Compliments of: Janine Moon, MA, Career & Business Coach
Meetings will resume in the fall.
Thurs, Aug 26/04
7:30 to 9:30 am
Bank One Corporate
Register by Aug 24:
Thurs, Aug 26
The Shifting Workplace: Temporary Services,
They're not just temps anymore!
Speaker: Ken Lazar,
District Manager, Major Markets, Kelly Services
Tues, Aug 31
AMSpirit Upper Arlington Chapter Meeting
Thurs, Sept. 2
Anthem Lunch & Learn: Giving & Receiving Feedback
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Common denominator retains employees
Finding, training and retaining good employees is a major investment for any company, and having excellent hiring practices is crucial to employee satisfaction and loyalty. Increasing employee retention has a domino effect: happier, stable and productive employees create more satisfied customers, which creates a more profitable enterprise.
Employee turnover is a very costly expense: experts say that it can cost 50 to 200 percent of a person's annual salary. It doesn't matter whether employees are young or old or have the best employee benefits package, incentives and more, the single most common reason people stay or leave an organization is based on the relationship they have with their direct supervisor.
lBest hiring practices work to preserve longevity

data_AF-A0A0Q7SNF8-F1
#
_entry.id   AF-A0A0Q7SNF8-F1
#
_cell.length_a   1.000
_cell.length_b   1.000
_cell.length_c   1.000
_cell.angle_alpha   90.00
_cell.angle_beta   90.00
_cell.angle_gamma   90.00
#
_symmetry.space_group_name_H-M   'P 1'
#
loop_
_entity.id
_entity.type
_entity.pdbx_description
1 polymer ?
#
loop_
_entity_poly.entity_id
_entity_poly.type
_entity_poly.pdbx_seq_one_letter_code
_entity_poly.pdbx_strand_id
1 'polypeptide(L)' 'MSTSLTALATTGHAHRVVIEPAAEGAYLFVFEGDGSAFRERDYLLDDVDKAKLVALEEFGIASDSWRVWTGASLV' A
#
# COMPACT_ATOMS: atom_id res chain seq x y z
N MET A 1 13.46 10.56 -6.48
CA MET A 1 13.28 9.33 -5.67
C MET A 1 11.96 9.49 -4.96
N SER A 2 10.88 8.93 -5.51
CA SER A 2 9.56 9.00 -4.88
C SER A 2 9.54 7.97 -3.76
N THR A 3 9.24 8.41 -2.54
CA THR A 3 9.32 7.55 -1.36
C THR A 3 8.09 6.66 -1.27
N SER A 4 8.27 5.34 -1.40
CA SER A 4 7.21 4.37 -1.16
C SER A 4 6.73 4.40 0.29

For top executives, staying abreast of current best hiring practices trends will support the overall longevity of an organization. When hiring, it's important to "see" beyond the personal interview and past experience. Dr. Maynard Brusman, a leadership team expert comments, "Effective hiring starts with a performance-based job description that reflects what needs to get done. This is an outcome-oriented approach. The ability to achieve measurable objectives is a better predictor of future performances than the candidate's level of skills and experience. Comparable past performance is a leading indicator of future performance."
Once the hiring is done, retention requires more than just a competitive salary. People want to be challenged, valued for their contributions, have meaningful work they can feel passionate about, receive ongoing feedback, be allowed appropriate autonomy in their positions, have opportunity for growth -- and have respect and open communication with their immediate supervisors.
lTips for Retaining Employees
*Reward your high performance employees: take the time to appreciate them verbally or by written word; practice MBWA (management by walking around) and take the time to catch people doing good work!
*Cultivate a management style that motivates positive production and company loyalty; servant leadership, for example, includes rank without privilege and connects “heart” with “wallet.”
*Value and note key competencies: analyze the competencies of your top employees and use that information in the hiring process.
*Keep shared knowledge alive: weave the experience of Gen-Xers and Baby Boomers together to ensure knowledgeable future leaders; formal or informal mentoring is satisfying to both mentors and mentees.